hassanmaher / ConsoleApplicationBase

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A Useful, Interactive, and Extensible .NET Console Application Template for Development and Testing

This application can serve as a template of framework into which you can easily plug in commands related tothe code you want to demo, excercise, or which forms the business layer of an actual Console application. The "Interactive" part of this Console is already in place - all you need to do is plug command classes and methods into the Commands namespace and you're ready to go.

The goal here was not to emulate a fully-functioning Shell or terminal. I wanted to be able to:

  • Run the program, be greeted with a prompt (customizable, in this case), and then enter commands corresponding to various methods defined in a specific area of the application.
  • Receive feedback (where appropriate), error messages, and such
  • Easily add/remove commands
  • Generally be able to quickly put together a functioning console application, with predictable and familiar interactive behavior, without re-inventing the wheel every time.

For more detailed information about how this works, see the Blog post at: C#: Building a Useful, Extensible .NET Console Application Template for Development and Testing


As it is currently configured, this application makes a few assumptions about architecture. You can easily adapt things to suit your purposes, but out-of-the-box, the following "rules" are assumed:

  • Methods representing Console commands will be defined as public static methods which always return a string, and are defined on public static classes.
  • Classes containing methods representing Console commands will be located in the Commands namespace, and in the Commands folder.
  • There will always be a static class named DefaultCommands from which methods may be invoked from the Console directly by name. For many console projects, this will likely be sufficient.
  • Commands defined on classes other than DefaultCommands will be invoked from the console using the familiar dot syntax: ClassName.CommandName.

Defining Commands

If you were to define the following (trival example-style) commands in your DefaultCommands class, you will be able to execute these from the Console when you run the application. The DefaultCommands class must be present in the project, and must be within the Commands namespace (note that the methods must be static in order to be available to the console as commands, and the project assumes a string return type),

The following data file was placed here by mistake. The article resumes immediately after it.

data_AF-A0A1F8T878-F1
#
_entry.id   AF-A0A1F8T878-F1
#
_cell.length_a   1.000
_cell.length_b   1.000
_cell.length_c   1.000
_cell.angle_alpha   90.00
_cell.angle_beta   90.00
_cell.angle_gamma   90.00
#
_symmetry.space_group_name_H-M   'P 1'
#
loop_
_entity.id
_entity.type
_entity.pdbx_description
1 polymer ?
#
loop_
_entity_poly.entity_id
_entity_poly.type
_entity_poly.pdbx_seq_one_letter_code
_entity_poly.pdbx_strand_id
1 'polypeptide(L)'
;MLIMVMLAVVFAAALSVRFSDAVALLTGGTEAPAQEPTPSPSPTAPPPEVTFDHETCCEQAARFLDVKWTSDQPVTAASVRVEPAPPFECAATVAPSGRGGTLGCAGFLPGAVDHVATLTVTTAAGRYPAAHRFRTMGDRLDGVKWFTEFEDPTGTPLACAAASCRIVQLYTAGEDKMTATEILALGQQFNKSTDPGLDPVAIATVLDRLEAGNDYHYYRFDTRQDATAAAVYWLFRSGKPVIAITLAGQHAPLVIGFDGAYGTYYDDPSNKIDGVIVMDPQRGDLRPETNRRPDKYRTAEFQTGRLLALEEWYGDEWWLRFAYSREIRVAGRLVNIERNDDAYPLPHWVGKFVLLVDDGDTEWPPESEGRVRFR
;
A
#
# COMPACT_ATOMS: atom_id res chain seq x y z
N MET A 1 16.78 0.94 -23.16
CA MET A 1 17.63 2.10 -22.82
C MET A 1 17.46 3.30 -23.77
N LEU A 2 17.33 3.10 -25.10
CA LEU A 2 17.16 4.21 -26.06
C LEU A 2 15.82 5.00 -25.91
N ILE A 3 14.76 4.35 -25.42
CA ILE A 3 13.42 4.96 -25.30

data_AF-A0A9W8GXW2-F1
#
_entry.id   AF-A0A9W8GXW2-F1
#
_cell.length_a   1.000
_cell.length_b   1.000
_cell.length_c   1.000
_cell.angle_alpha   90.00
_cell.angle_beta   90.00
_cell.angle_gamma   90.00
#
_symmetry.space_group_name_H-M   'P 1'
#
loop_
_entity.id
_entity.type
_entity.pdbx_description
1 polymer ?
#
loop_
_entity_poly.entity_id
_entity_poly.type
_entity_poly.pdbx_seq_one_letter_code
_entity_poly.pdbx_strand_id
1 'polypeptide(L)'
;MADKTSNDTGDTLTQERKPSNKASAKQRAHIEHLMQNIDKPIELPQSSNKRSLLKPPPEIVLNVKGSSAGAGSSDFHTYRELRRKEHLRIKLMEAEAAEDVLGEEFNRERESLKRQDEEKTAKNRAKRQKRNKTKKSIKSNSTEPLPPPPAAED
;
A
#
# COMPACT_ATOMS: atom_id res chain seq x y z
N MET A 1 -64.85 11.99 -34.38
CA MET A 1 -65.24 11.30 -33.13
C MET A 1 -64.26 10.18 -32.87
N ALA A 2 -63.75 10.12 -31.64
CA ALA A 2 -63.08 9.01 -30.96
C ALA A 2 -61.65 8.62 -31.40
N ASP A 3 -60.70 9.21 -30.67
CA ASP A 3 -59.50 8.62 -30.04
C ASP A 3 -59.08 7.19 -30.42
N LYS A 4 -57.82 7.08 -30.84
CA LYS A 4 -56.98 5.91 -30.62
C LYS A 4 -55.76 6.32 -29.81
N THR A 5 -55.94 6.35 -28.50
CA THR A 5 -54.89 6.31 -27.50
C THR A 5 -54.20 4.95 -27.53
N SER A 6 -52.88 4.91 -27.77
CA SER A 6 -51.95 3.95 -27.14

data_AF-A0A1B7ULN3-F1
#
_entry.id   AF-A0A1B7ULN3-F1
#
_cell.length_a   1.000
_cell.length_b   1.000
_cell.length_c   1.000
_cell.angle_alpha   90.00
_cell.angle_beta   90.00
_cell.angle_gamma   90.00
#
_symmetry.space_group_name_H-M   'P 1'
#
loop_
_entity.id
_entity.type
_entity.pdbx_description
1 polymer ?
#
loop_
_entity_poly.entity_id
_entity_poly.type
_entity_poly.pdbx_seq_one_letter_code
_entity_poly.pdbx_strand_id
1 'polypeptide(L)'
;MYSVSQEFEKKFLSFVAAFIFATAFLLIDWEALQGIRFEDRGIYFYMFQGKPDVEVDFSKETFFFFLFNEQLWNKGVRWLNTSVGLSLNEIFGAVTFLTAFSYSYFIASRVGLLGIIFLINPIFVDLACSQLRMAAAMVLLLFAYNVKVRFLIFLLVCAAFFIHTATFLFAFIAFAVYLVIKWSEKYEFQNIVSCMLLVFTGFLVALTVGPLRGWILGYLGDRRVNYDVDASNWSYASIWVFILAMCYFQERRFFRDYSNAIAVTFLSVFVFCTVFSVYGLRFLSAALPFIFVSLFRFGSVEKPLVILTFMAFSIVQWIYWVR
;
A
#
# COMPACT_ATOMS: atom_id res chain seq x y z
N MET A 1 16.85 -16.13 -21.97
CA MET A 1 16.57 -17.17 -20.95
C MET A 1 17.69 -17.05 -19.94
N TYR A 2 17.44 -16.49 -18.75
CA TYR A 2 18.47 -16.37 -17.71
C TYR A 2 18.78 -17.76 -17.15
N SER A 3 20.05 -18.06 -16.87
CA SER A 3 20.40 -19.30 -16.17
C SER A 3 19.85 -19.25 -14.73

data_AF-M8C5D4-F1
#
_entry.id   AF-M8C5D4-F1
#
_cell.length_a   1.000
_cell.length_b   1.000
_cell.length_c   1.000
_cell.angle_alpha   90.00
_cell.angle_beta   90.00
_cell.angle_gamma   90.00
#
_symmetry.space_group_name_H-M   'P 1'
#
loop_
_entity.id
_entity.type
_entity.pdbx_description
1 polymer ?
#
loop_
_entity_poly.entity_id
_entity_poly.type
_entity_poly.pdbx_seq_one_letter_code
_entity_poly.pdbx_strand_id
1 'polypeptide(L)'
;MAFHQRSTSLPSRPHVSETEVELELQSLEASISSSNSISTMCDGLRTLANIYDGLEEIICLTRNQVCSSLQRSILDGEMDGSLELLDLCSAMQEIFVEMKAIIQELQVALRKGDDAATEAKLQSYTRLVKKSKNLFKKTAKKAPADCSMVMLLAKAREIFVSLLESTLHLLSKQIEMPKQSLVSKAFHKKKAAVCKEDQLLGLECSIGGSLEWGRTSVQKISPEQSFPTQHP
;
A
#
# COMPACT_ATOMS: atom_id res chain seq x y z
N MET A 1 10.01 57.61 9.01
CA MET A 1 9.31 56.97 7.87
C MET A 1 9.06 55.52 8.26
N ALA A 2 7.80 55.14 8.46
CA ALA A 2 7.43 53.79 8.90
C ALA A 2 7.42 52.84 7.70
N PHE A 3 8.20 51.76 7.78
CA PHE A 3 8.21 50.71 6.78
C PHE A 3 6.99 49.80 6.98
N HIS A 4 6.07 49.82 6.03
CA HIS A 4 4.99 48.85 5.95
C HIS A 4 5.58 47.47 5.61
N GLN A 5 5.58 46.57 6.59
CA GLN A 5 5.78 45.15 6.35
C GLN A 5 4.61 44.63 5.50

public static string DoSomething(int id, string data)
    return string.Format(ConsoleFormatting.Indent(2) + 
        "I did something to the record Id {0} and saved the data '{1}'", id, data);

public static string DoSomethingElse(DateTime date)
    return string.Format(ConsoleFormatting.Indent(2) + "I did something else on {0}", date);

public static string DoSomethingOptional(int id, string data = "No Data Provided")
    var result = string.Format(ConsoleFormatting.Indent(2) + 
        "I did something to the record Id {0} and saved the data {1}", id, data);

    if(data == "No Data Provided")
        result = string.Format(ConsoleFormatting.Indent(2) + 
        "I did something to the record Id {0} but the optinal parameter "
        + "was not provided, so I saved the value '{1}'", id, data);
    return result;

Executing Commands

The commands above can be executed when you run the application with the following syntax:

Execute the DoSomething command:

console> DoSomething 55 "My Data"

Execute the DoSomethingElse command:

console> DoSomethingElse 7/4/2014

The console recognizes and deals with optional method parameters.

Execute the DoSomethingOptional command inluding optional parameters:

console> DoSomethingOptional 212 "This is my optional data"

OR, you could omit the last argument, and the default value defined on the method will be used:

console> DoSomethingOptional 212

I'm happy to take pull requests, suggestions, and ideas.



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